Doctors who admitted a 17-month-old girl to the hospital in Arizona thought her tremors and other symptoms were due to a scorpion sting. Only later did they realize the real cause of her condition was that she'd consumed methamphetamines, according to a new report of her case.

The young girl in the case recovered and was discharged from the hospital a week later.

People who have been stung by scorpions of the species Centruroides sculpturatus, which is common in Arizona, often have some of the same symptoms as the girl, said Dr. Farshad Shirazi of University of Arizona College of Medicine, who was one of the doctors who treated the child and a co-author of the case report. 

The case highlights the similarity between the symptoms of a scorpion bite and those of drugs like methamphetamine, the researchers wrote in their case report.

"These [symptoms] include some movement disorders, and movement of upper and lower extremities, and some foaming at the mouth," Shirazi told Live Science. [6 Strange Meth Facts]

When the girl arrived at the emergency department of a hospital in Tucson, Arizona, she was agitated, twitching throughout her entire body, sweating profusely and salivating excessively. Her doctors had previously seen such symptoms in patients bitten by the Arizona bark scorpion, which is endemic to this region of the United States.

The girl's mother said she had indeed seen scorpions many times at their home, so the doctors suspected that the girl had been bitten, and treated her by administering three vials of anti-venom.

This treatment put a stop to the girl's uncontrollable eye movements and salivation, but she continued to experience the tremors. The patient also had a fever, and her heart rate was too high. Meanwhile, the doctors were not able to find any physical indication of a scorpion sting by examining the girl's skin.

The patient's mother eventually revealed that the girl's grandmother temporarily left the tot alone with an aunt who used methamphetamines. The doctors then tested the child's urine and found she had indeed ingested the drug. This was confirmed several weeks later by the results of a blood test. However, it was not clear exactly how the ingestion occurred, the report said.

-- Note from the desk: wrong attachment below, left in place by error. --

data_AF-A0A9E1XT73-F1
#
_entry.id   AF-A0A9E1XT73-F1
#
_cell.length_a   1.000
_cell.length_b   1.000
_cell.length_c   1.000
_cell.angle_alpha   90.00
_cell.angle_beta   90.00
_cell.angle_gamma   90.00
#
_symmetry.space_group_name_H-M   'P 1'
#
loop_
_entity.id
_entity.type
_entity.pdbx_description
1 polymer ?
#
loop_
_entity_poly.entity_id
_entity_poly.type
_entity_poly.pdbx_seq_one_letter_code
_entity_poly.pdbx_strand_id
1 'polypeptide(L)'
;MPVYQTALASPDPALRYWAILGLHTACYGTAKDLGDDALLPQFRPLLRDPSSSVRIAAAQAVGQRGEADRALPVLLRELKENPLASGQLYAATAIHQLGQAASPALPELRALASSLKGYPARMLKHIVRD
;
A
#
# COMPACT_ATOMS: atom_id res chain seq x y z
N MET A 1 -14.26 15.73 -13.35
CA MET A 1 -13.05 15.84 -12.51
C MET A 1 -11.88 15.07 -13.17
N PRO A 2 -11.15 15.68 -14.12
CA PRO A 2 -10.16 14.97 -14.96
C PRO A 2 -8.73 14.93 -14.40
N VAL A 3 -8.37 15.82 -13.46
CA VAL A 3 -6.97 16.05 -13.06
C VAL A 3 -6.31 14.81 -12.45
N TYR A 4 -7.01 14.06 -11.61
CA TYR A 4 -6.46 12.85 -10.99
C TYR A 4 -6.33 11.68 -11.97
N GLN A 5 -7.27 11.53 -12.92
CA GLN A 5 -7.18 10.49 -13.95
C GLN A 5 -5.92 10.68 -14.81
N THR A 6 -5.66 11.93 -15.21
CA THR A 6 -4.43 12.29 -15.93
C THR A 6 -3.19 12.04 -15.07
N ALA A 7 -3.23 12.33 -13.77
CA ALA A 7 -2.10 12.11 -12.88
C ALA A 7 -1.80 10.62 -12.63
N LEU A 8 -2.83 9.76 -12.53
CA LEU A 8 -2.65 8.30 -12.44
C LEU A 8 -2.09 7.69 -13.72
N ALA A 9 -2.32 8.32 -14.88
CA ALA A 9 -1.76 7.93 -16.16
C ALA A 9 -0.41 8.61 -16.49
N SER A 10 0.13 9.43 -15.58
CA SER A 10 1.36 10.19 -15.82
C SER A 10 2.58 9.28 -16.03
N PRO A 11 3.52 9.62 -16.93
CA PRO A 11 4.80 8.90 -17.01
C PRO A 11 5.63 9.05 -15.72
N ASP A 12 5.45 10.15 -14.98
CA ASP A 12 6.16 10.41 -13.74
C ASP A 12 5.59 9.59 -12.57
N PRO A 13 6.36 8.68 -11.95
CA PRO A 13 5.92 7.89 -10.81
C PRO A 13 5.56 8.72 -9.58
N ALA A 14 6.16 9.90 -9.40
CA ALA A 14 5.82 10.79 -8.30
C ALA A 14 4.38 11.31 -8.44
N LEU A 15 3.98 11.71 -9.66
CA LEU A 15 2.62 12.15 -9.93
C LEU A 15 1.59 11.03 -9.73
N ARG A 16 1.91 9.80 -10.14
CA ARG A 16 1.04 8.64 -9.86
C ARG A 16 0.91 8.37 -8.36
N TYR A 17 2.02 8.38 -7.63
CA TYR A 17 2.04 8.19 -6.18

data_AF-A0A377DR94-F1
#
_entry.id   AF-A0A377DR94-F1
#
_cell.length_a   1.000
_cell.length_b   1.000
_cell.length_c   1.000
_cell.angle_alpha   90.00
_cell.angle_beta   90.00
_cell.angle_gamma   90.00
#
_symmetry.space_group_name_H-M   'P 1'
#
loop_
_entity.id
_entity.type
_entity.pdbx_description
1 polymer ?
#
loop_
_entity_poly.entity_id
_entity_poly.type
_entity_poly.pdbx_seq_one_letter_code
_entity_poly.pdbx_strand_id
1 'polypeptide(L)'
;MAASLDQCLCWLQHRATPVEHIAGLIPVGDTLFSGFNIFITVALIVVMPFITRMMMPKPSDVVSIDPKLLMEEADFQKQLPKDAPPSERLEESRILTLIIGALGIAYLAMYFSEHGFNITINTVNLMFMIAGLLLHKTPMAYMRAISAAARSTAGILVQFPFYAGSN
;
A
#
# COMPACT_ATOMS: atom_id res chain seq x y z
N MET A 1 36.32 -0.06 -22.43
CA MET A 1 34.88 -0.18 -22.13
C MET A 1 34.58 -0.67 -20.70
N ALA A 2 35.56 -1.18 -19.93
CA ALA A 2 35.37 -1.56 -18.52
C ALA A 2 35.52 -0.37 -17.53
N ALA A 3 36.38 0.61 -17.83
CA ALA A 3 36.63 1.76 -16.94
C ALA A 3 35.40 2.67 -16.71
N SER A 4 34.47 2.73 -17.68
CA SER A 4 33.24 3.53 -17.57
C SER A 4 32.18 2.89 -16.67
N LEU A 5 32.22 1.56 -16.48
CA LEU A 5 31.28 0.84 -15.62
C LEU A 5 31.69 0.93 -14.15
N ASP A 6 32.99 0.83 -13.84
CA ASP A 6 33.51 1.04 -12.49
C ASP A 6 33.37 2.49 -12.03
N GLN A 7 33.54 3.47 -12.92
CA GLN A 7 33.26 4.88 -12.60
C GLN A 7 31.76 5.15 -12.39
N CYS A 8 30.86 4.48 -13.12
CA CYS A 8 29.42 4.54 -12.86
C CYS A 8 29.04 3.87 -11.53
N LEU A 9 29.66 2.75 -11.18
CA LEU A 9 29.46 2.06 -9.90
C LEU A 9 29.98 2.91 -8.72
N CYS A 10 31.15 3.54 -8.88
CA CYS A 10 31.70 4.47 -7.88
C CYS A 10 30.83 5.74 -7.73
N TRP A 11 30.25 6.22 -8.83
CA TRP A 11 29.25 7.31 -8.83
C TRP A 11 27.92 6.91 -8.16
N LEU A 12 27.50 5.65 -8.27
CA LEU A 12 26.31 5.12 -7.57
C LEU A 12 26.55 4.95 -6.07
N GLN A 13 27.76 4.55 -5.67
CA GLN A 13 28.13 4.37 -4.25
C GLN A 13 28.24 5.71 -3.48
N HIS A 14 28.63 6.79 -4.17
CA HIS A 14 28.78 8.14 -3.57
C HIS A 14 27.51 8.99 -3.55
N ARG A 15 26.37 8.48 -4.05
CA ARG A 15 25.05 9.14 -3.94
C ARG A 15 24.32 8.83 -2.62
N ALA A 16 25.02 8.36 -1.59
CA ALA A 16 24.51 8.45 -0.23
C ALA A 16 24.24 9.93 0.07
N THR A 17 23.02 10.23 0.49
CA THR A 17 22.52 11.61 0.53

After receiving treatment for methamphetamine intoxication, the girl recovered.

There have been other reports of children in Arizona ingesting methamphetamines and developing symptoms mistaken for those of scorpion envenomation. One likely reason for this phenomenon is that getting bitten by this type of scorpion is not uncommon in the southwestern United States, the researchers said.

At the same time, "there is a predominance of methamphetamines in the same geographic area of the U.S., as the endemic locale of the C. sculpturatus," the doctors wrote in the report. In 2012, a little less than 11,000 kilograms (24,250 lbs.) of methamphetamine was seized along the southwestern U.S. border with Mexico, which was the highest amount ever recorded, the authors wrote.

"Arrestee data show stable rates of testing positive for methamphetamines in the western and southwestern United States versus the rest of the country, which reveals [their] geographic predominance and areas with higher rates of use," according to the report.

The researchers are also currently investigating why some of the girl's symptoms improved following the administration of the anti-venom, even though the real cause of her symptoms was methamphetamine intoxication. One possibility is that the protein present in the anti-venom bonded with the methamphetamine and led to the improvement, but the exact mechanism is not completely clear, they said.

The report was published in the January issue of the journal Case Reports in Emergency Medicine.

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